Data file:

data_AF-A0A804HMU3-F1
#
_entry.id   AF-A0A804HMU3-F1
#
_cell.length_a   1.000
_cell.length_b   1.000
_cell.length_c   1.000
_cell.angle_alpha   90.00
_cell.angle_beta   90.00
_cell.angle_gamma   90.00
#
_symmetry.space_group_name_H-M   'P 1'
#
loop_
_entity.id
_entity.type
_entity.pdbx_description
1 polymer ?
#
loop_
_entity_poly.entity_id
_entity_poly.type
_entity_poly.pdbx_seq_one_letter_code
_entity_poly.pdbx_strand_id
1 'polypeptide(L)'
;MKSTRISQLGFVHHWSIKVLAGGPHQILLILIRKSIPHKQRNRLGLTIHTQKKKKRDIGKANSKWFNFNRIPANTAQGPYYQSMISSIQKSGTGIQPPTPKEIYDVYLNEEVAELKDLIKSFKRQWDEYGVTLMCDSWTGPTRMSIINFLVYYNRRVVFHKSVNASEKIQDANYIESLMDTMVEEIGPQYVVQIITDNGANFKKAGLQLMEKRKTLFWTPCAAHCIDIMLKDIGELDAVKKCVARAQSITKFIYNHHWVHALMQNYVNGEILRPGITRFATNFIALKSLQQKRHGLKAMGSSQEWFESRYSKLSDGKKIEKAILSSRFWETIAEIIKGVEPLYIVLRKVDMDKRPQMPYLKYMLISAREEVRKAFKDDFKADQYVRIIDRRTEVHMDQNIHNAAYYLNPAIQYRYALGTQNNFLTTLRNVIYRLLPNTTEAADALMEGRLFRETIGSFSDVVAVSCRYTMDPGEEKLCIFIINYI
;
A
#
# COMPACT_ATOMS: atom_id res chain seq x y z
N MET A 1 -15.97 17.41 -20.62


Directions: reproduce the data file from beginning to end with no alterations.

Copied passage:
data_AF-A0A804HMU3-F1
#
_entry.id   AF-A0A804HMU3-F1
#
_cell.length_a   1.000
_cell.length_b   1.000
_cell.length_c   1.000
_cell.angle_alpha   90.00
_cell.angle_beta   90.00
_cell.angle_gamma   90.00
#
_symmetry.space_group_name_H-M   'P 1'
#
loop_
_entity.id
_entity.type
_entity.pdbx_description
1 polymer ?
#
loop_
_entity_poly.entity_id
_entity_poly.type
_entity_poly.pdbx_seq_one_letter_code
_entity_poly.pdbx_strand_id
1 'polypeptide(L)'
;MKSTRISQLGFVHHWSIKVLAGGPHQILLILIRKSIPHKQRNRLGLTIHTQKKKKRDIGKANSKWFNFNRIPANTAQGPYYQSMISSIQKSGTGIQPPTPKEIYDVYLNEEVAELKDLIKSFKRQWDEYGVTLMCDSWTGPTRMSIINFLVYYNRRVVFHKSVNASEKIQDANYIESLMDTMVEEIGPQYVVQIITDNGANFKKAGLQLMEKRKTLFWTPCAAHCIDIMLKDIGELDAVKKCVARAQSITKFIYNHHWVHALMQNYVNGEILRPGITRFATNFIALKSLQQKRHGLKAMGSSQEWFESRYSKLSDGKKIEKAILSSRFWETIAEIIKGVEPLYIVLRKVDMDKRPQMPYLKYMLISAREEVRKAFKDDFKADQYVRIIDRRTEVHMDQNIHNAAYYLNPAIQYRYALGTQNNFLTTLRNVIYRLLPNTTEAADALMEGRLFRETIGSFSDVVAVSCRYTMDPGEEKLCIFIINYI
;
A
#
# COMPACT_ATOMS: atom_id res chain seq x y z
N MET A 1 -15.97 17.41 -20.62